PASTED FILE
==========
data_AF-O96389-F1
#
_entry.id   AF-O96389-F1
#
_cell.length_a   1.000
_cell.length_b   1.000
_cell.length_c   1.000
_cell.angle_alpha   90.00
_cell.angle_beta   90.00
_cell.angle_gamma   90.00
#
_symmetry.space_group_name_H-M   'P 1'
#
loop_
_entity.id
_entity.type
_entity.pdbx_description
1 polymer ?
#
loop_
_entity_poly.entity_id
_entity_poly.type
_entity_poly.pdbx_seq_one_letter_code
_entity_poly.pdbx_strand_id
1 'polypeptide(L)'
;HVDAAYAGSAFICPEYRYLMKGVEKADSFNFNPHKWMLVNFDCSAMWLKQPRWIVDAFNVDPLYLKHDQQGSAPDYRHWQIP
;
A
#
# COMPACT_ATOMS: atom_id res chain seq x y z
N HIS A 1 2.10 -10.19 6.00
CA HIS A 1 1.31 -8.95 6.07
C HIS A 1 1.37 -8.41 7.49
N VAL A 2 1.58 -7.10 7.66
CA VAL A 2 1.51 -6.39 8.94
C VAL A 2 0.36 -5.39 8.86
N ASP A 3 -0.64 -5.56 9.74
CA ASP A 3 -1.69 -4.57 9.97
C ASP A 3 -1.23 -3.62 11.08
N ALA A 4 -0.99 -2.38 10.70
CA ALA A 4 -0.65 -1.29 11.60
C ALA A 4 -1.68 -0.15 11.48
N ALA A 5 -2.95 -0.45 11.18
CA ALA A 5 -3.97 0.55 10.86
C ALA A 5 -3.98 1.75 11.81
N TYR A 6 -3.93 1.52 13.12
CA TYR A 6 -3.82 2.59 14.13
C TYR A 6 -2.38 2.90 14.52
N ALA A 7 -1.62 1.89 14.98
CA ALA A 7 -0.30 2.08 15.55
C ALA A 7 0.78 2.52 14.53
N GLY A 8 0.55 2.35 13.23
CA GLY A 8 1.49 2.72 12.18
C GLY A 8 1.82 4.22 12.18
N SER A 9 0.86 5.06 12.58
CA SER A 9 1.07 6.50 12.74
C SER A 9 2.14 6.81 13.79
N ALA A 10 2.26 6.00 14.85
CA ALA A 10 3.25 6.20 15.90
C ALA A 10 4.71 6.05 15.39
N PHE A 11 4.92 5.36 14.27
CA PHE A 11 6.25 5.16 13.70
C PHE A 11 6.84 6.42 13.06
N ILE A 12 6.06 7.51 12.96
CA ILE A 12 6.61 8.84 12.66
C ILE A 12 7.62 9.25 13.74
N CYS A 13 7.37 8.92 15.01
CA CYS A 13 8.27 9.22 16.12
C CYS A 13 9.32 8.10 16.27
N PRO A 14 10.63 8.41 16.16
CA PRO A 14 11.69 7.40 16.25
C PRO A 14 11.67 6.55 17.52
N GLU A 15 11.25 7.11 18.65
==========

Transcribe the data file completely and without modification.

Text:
data_AF-O96389-F1
#
_entry.id   AF-O96389-F1
#
_cell.length_a   1.000
_cell.length_b   1.000
_cell.length_c   1.000
_cell.angle_alpha   90.00
_cell.angle_beta   90.00
_cell.angle_gamma   90.00
#
_symmetry.space_group_name_H-M   'P 1'
#
loop_
_entity.id
_entity.type
_entity.pdbx_description
1 polymer ?
#
loop_
_entity_poly.entity_id
_entity_poly.type
_entity_poly.pdbx_seq_one_letter_code
_entity_poly.pdbx_strand_id
1 'polypeptide(L)'
;HVDAAYAGSAFICPEYRYLMKGVEKADSFNFNPHKWMLVNFDCSAMWLKQPRWIVDAFNVDPLYLKHDQQGSAPDYRHWQIP
;
A
#
# COMPACT_ATOMS: atom_id res chain seq x y z
N HIS A 1 2.10 -10.19 6.00
CA HIS A 1 1.31 -8.95 6.07
C HIS A 1 1.37 -8.41 7.49
N VAL A 2 1.58 -7.10 7.66
CA VAL A 2 1.51 -6.39 8.94
C VAL A 2 0.36 -5.39 8.86
N ASP A 3 -0.64 -5.56 9.74
CA ASP A 3 -1.69 -4.57 9.97
C ASP A 3 -1.23 -3.62 11.08
N ALA A 4 -0.99 -2.38 10.70
CA ALA A 4 -0.65 -1.29 11.60
C ALA A 4 -1.68 -0.15 11.48
N ALA A 5 -2.95 -0.45 11.18
CA ALA A 5 -3.97 0.55 10.86
C ALA A 5 -3.98 1.75 11.81
N TYR A 6 -3.93 1.52 13.12
CA TYR A 6 -3.82 2.59 14.13
C TYR A 6 -2.38 2.90 14.52
N ALA A 7 -1.62 1.89 14.98
CA ALA A 7 -0.30 2.08 15.55
C ALA A 7 0.78 2.52 14.53
N GLY A 8 0.55 2.35 13.23
CA GLY A 8 1.49 2.72 12.18
C GLY A 8 1.82 4.22 12.18
N SER A 9 0.86 5.06 12.58
CA SER A 9 1.07 6.50 12.74
C SER A 9 2.14 6.81 13.79
N ALA A 10 2.26 6.00 14.85
CA ALA A 10 3.25 6.20 15.90
C ALA A 10 4.71 6.05 15.39
N PHE A 11 4.92 5.36 14.27
CA PHE A 11 6.25 5.16 13.70
C PHE A 11 6.84 6.42 13.06
N ILE A 12 6.06 7.51 12.96
CA ILE A 12 6.61 8.84 12.66
C ILE A 12 7.62 9.25 13.74
N CYS A 13 7.37 8.92 15.01
CA CYS A 13 8.27 9.22 16.12
C CYS A 13 9.32 8.10 16.27
N PRO A 14 10.63 8.41 16.16
CA PRO A 14 11.69 7.40 16.25
C PRO A 14 11.67 6.55 17.52
N GLU A 15 11.25 7.11 18.65